The recent economic roller coaster face experienced by many corporations around the world has resulted in an unprecedented numbers of people in need of a white collar lawyer in Arizona. As the director of the FBI confirmed last fall, 24 large financial institutions have been investigated for some type of alleged fraud. Whether or not these investigations will result in a filing of charges, it is clear that the current financial crisis will bring about a wave of violations and civil suits alleging violations of the Security Exchange Act of 1934 based on purported material misstatements about a public company’s performance. These companies will soon become the clients of a white collar lawyer.
While these new cases may be bigger and have a higher profile than cases in the past, the legal issues are no different than those faced by any case involving a white collar lawyer. Most of the current cases center themselves around classic securities fraud. So while they may be bigger and more extensive, they involve the same basic issues as any other white collar crime.
A white collar defense lawyer in Arizona is likely to argue that the alleged statements were in fact not material, and therefore cannot form the basis of a legal liability. What counts as a material statement? Statements are considered material when there is a substantial likelihood that a reasonable shareholder would consider the matter relevant enough to affect his or her vote.
A white collar lawyer is also likely to argue that his or her client’s statements were mere “puffery,” or vague statements of opinion that are more like sales talk than legally binding material. Just because a stereo salesman talks up the latest gadgetry does not make him guilty of stereo fraud, for example.
In the context of civil securities fraud cases, defendants have increasingly used puffery statements successfully to obtain dismissals. These are sober times, however, and juries and judges are less likely to overlook statements that could be seen as having fooled people into making decisions that only made the crisis worse.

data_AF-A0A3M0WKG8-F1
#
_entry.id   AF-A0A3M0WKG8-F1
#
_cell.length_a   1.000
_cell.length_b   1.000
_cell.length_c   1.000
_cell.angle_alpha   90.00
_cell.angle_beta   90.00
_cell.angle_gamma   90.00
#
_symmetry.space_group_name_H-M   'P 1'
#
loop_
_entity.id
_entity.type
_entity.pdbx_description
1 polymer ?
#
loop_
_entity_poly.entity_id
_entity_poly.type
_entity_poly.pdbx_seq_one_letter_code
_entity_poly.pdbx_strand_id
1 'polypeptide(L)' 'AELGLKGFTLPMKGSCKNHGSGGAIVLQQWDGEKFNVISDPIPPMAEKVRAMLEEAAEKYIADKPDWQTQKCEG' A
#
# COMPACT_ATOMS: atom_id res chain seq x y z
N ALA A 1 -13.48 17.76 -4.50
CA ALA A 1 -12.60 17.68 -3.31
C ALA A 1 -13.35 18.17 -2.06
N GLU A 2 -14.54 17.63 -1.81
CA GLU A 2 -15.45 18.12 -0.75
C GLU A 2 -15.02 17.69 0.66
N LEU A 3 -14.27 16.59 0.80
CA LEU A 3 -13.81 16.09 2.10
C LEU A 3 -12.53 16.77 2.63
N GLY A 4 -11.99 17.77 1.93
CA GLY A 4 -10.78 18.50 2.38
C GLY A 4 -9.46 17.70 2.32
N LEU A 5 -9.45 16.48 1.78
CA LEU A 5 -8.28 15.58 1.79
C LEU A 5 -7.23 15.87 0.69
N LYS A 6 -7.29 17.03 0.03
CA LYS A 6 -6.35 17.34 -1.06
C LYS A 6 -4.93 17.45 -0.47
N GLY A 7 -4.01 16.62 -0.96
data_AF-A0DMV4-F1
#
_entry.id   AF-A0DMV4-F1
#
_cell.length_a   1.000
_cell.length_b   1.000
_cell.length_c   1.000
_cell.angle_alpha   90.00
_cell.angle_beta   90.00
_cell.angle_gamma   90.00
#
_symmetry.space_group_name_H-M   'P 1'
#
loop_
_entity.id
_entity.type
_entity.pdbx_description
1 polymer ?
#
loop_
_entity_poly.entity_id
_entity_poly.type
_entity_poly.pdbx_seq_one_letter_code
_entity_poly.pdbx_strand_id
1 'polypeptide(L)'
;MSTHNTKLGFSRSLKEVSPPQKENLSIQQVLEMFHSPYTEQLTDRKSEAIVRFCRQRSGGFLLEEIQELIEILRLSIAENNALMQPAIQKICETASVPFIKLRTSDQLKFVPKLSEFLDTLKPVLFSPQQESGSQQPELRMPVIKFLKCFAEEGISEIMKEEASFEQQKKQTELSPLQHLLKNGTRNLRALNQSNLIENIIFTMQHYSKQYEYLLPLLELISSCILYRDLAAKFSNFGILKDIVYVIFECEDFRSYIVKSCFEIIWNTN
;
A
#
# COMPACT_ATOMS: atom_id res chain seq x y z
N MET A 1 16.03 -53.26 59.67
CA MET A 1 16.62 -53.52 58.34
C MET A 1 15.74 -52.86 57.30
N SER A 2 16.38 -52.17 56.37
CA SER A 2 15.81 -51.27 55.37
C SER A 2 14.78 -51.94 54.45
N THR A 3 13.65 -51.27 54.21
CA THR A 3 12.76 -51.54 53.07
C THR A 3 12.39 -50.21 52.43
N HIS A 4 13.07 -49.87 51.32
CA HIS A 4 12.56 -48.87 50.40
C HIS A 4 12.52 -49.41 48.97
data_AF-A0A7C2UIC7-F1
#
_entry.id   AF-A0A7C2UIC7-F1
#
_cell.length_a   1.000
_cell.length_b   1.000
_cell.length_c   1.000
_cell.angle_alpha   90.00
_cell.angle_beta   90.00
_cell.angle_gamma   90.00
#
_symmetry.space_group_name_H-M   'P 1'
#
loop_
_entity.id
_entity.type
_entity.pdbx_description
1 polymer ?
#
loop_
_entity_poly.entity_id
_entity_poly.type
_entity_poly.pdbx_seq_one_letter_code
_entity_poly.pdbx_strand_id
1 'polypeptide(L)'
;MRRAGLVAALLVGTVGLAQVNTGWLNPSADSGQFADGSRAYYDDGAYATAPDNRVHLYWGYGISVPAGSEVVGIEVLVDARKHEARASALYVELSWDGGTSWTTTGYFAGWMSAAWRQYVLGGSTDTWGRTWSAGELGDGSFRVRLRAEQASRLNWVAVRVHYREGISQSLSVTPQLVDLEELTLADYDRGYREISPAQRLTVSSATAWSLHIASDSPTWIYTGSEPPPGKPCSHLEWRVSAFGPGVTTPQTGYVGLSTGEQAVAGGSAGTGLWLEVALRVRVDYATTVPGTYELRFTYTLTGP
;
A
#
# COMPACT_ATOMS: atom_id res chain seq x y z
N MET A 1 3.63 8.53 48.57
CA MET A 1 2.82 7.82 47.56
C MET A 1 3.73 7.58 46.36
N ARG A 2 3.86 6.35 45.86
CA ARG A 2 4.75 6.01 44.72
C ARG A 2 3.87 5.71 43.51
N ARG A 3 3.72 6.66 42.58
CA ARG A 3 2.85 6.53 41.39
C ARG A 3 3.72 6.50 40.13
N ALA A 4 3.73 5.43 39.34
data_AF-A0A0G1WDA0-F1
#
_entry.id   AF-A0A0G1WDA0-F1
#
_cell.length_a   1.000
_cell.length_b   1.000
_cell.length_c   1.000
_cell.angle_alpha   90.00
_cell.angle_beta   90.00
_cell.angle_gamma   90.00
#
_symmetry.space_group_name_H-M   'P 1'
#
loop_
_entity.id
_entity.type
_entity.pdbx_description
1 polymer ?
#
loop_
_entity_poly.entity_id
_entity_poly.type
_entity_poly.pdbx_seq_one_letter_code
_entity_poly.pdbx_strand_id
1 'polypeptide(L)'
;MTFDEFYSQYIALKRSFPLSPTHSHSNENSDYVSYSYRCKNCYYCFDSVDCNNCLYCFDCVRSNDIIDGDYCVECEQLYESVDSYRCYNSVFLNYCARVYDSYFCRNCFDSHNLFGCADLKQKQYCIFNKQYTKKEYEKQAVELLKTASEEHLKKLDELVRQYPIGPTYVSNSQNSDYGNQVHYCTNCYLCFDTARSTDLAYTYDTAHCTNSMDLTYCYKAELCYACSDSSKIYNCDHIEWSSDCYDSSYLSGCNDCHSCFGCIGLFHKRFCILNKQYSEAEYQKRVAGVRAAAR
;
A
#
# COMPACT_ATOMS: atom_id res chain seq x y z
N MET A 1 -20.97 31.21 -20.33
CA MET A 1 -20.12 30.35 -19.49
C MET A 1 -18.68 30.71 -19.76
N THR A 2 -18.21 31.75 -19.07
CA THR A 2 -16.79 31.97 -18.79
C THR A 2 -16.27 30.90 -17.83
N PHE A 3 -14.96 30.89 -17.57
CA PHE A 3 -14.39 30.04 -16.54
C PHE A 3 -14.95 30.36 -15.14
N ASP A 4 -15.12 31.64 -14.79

Recent court decisions raise questions as to how courts will interpret the extent to which puffery can be argued by a white collar lawyer. It is quite natural, especially in times of financial chaos, to look on the bright side. When times get most challenging is when we need to put our best foot forward, and that starts with appearances. When does optimism become a misstatement of fraud that can lead to being found guilty of a white collar crime?
To what extent do those who run a business risk in the statements they make giving financial hindsight? This is a recurring issue that will play itself out in the courts. One recent case involved wire fraud where a client had stated that certain funds provided an “awesome opportunity,” and another that offered the statement that said, “I think this is a good opportunity.” In hindsight, these opinions turned out not to be true. That doesn’t make them fraud, however if the statements were made in good faith. A good white collar lawyer can make protective arguments that their client was only making asides or statements they thought to be true in good faith.
About the Author
David Michael Cantor is an AV rated (the highest possible rating) lawyer and a Certified Criminal Law Specialist per the Arizona Board of Legal Specialization. For more information about an Arizona white collar lawyer, visit our site.
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